Superstorms and the links to climate change

Four of the five most financially destructive US storms have occurred within the past seven years. As the US and Caribbean nations labour through the devastating impact of Hurricane Sandy, little has been said about the links between natural disasters and climate change.

Author Anna Rees, 11.01.12

Four of the five most financially destructive US storms have occurred within the past seven years. As the US and Caribbean nations labour through the devastating impact of Hurricane Sandy, little has been said about the links between natural disasters and climate change.

Right now, the dialogue centres on survival, safety and restoring normality as quickly as possible. As it should. Yet, when it comes to addressing likely causes for such extreme weather, there has been a lot of radio silence on the part of the big media outlets. Given the difficulty of proving a definitive cause-and-effect relationship, one must tread carefully in this territory—it is far too broad to say ‘climate change caused Hurricane Sandy’.

When it comes to these monster storms, the question shouldn’t be ‘is climate change the cause’ rather, it should be ‘what role does climate change play’ given there are some factors which could contribute to the size and impact of hurricanes.

Australian outlet The Conversation published this article outlining that perhaps these freaky weather patterns are becoming a new kind of normal (indeed some of New York’s evacuation plans worked so well because residents were well versed in what to do after having to plan for Hurricane Irene just last year). The Governor of New York, Andrew Cuomo, even stated that dealing with intense storms along the Atlantic coast of the US is becoming “a new reality.”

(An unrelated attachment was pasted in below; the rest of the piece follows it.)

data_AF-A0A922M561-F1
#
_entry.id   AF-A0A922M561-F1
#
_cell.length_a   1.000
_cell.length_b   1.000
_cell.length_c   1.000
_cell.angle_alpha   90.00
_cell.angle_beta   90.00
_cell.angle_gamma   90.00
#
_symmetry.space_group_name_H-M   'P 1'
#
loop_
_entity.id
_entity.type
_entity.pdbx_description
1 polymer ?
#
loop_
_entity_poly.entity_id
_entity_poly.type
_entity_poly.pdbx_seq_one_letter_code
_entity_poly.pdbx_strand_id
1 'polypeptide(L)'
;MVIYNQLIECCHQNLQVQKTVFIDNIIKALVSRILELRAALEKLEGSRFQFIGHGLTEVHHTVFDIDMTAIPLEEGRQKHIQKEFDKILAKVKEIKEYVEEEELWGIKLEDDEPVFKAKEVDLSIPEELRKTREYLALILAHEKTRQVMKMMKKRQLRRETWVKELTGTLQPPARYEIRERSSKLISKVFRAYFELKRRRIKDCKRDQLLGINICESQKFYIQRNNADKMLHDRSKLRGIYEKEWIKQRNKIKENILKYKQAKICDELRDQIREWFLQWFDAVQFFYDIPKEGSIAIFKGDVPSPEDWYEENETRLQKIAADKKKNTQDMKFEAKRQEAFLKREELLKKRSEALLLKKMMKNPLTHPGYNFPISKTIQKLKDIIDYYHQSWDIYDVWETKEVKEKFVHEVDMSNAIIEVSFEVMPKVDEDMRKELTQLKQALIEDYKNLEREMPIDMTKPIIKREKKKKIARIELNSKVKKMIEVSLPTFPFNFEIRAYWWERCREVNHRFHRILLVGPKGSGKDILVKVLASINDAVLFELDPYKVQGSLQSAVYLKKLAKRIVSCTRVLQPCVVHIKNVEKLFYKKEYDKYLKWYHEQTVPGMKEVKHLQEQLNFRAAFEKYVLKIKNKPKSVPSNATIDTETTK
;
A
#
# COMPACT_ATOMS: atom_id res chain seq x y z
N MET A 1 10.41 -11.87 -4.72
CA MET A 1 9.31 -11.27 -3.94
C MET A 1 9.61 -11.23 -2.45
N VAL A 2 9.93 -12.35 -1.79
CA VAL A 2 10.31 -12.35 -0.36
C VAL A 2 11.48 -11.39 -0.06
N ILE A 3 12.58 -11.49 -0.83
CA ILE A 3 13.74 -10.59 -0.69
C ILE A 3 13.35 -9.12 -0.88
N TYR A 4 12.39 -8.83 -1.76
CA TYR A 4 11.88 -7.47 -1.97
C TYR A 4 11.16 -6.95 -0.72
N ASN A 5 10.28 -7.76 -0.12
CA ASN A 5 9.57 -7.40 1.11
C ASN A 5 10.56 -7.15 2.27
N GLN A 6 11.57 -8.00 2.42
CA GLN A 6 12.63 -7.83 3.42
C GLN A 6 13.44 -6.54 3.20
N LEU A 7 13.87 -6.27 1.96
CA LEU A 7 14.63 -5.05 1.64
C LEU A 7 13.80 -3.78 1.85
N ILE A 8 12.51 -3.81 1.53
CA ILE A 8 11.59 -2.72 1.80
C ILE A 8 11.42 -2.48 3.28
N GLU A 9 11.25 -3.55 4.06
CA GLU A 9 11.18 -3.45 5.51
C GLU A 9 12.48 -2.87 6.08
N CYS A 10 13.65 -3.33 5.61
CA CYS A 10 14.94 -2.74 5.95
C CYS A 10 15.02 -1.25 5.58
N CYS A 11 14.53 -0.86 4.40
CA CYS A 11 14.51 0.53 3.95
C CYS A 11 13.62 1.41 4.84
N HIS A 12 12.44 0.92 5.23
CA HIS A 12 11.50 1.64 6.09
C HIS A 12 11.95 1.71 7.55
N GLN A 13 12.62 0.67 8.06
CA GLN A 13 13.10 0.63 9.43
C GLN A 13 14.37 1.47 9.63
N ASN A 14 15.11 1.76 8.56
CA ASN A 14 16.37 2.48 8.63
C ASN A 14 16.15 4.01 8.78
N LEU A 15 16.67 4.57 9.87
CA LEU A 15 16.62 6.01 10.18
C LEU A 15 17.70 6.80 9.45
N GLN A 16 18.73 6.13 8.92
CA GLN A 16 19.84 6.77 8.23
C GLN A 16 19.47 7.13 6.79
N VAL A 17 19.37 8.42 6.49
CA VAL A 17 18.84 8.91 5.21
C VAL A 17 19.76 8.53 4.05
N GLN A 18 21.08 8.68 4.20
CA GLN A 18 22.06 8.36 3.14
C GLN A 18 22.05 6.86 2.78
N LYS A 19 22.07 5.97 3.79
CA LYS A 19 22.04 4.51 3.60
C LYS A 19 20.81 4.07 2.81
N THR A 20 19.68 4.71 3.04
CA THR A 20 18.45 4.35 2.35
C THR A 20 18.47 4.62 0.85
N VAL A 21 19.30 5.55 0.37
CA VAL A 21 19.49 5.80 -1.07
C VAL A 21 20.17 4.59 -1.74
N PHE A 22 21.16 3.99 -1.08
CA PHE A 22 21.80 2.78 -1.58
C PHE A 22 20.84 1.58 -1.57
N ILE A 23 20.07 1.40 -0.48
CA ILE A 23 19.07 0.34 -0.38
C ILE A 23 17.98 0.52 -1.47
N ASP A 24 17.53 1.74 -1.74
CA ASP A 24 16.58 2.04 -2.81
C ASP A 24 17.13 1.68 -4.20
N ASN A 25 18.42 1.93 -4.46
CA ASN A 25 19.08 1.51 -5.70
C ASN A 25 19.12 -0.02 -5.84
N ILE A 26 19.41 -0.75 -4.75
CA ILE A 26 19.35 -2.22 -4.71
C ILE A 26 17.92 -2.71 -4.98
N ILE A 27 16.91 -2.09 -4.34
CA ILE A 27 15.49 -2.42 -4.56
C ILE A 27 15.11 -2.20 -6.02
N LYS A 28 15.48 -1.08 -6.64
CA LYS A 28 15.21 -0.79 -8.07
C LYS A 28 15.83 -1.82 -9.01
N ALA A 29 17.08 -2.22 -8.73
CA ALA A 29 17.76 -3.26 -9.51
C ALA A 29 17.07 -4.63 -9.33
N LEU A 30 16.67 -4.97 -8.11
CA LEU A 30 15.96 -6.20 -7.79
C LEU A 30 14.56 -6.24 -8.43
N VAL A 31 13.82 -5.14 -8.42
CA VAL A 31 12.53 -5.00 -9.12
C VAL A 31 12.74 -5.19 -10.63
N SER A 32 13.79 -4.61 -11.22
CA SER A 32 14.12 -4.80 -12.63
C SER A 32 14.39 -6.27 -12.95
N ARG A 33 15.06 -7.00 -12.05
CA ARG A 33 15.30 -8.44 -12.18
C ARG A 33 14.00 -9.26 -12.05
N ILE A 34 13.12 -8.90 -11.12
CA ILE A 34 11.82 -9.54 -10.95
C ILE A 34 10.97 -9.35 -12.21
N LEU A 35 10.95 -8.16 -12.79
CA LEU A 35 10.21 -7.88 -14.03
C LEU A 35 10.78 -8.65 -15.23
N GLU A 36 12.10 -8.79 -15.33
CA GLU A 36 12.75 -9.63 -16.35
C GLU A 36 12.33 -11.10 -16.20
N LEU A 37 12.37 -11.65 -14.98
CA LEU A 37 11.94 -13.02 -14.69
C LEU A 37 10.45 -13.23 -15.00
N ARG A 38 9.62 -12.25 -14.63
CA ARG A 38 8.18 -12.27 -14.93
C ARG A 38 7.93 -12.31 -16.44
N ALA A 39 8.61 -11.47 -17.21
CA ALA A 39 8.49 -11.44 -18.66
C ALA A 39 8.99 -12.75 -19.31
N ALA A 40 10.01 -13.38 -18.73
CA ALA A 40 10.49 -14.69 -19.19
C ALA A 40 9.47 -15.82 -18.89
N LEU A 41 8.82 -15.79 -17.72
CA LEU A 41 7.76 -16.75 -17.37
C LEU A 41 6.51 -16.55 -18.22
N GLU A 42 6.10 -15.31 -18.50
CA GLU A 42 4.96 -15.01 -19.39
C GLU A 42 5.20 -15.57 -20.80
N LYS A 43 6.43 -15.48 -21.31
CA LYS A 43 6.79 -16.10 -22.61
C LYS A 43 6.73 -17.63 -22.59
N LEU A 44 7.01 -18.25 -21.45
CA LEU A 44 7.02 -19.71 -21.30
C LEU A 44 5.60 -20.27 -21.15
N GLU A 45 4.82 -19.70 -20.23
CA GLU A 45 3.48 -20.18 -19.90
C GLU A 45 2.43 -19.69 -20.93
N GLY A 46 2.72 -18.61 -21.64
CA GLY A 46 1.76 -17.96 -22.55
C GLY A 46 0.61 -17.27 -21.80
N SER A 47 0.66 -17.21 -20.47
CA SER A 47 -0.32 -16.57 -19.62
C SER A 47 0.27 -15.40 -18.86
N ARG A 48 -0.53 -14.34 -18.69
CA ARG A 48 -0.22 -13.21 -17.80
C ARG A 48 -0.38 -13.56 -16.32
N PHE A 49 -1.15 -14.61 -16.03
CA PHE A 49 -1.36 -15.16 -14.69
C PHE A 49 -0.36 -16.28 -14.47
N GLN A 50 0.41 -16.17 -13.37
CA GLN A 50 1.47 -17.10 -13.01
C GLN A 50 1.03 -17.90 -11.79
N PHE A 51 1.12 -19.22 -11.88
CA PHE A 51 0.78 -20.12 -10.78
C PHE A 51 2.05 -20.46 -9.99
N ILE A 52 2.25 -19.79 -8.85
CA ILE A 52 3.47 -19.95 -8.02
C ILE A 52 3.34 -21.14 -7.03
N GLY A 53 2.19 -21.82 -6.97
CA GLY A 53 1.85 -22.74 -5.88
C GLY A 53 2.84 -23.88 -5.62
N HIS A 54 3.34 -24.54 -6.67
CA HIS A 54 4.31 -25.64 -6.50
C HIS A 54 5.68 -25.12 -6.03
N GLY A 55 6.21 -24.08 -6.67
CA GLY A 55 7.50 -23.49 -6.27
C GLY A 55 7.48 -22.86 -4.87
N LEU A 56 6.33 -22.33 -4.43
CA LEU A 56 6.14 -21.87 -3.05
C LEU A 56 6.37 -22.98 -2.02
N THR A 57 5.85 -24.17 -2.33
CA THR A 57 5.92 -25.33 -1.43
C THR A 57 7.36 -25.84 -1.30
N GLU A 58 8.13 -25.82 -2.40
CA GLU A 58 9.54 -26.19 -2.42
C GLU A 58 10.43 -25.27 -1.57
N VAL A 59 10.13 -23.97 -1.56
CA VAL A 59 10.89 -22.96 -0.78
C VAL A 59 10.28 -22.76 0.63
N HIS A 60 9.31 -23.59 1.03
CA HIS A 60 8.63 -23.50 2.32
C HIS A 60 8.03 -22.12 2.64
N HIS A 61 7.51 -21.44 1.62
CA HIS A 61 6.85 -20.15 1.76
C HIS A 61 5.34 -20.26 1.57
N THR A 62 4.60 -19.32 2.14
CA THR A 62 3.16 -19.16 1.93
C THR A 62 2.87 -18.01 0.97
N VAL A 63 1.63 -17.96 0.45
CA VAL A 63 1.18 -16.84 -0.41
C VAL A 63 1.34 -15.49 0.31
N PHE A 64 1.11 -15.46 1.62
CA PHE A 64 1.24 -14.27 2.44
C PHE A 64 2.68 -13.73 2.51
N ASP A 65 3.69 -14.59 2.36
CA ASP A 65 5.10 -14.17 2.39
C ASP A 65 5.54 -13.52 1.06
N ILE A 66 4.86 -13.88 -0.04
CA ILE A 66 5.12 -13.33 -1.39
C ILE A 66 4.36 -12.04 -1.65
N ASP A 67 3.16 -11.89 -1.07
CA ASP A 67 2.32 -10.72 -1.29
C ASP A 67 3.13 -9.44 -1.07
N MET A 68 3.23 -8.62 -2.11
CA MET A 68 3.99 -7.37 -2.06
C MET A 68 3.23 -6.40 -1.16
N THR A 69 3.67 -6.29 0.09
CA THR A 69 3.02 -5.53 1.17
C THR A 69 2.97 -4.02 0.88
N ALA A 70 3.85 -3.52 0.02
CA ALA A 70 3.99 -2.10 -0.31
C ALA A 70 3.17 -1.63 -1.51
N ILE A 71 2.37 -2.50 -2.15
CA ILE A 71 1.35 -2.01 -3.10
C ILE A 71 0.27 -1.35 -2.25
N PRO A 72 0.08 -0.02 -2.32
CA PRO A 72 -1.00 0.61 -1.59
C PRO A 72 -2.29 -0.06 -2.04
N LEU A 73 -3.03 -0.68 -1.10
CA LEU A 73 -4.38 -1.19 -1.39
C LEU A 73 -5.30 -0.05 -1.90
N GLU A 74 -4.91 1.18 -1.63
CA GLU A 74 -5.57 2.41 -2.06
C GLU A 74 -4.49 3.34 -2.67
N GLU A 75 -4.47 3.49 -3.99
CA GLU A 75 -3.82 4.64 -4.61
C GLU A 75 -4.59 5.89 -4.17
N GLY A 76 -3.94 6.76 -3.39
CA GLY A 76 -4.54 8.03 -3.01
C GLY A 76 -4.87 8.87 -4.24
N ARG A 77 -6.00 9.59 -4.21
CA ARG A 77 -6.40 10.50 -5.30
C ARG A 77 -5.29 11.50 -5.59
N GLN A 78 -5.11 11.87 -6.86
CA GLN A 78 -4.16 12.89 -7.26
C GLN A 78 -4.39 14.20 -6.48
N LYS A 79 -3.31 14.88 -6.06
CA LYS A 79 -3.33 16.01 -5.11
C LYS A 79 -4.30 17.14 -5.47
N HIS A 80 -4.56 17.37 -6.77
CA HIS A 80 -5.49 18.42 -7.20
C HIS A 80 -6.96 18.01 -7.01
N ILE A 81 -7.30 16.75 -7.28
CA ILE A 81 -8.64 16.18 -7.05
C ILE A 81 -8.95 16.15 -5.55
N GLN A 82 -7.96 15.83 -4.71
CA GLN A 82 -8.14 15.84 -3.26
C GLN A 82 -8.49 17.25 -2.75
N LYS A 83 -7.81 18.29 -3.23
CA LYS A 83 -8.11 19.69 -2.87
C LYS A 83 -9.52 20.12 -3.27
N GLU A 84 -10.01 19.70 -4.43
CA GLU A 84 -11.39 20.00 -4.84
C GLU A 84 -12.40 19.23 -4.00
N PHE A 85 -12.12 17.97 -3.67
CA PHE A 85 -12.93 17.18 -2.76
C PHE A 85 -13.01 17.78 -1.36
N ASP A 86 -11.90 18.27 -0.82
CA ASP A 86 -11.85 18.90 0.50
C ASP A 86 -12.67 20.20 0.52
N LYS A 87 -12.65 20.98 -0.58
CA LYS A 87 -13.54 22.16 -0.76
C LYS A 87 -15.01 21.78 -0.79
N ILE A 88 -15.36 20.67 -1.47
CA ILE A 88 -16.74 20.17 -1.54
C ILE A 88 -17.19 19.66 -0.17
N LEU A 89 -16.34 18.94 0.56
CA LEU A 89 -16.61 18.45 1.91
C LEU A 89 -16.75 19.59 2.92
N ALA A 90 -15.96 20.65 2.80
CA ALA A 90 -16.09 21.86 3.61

An article published on Mother Jones outlines some of the key contributing factors that could have scaled up the size and force of Sandy. In particular, it describes how rising sea levels propel superstorms to penetrate further inland and how warming ocean temperatures play a role in beefing up a storm’s intensity (check out the rest of the article here). Quoted in the LA Times, meteorologist Jeff Masters noted that global warming has meant there is about four percent more moisture in the atmosphere now than there was in 1970, which could bring greater rainfall, while warmer ocean temperatures mean there is more vapour in the air to create heavy rain (Masters also has some good insights into Sandy on his blog).

Sandy now counts among the five most costly US storms in history. Four of those–Katrina, Ike, Wilma and Sandy–have occurred within the last seven years, perhaps demonstrating that the intensity and size of hurricanes could be shifting in line with global temperatures rising. This is also a contentious arrow to draw, as some argue that the damage bills from earlier hurricanes would be higher if scaled according to today’s financial value and, of course, freak natural disasters do occur. Last night, Princeton University climate scientist Michael Oppenheimer was interviewed on CNN detailing the vital need for governments and people to take heed of the scientific climate data now available, stating there is still time to reverse some of the human-caused damage to the environment despite the fact that we are essentially “behind the curve” when it comes to climate action.

Author: Anna Rees/ RESET editorial

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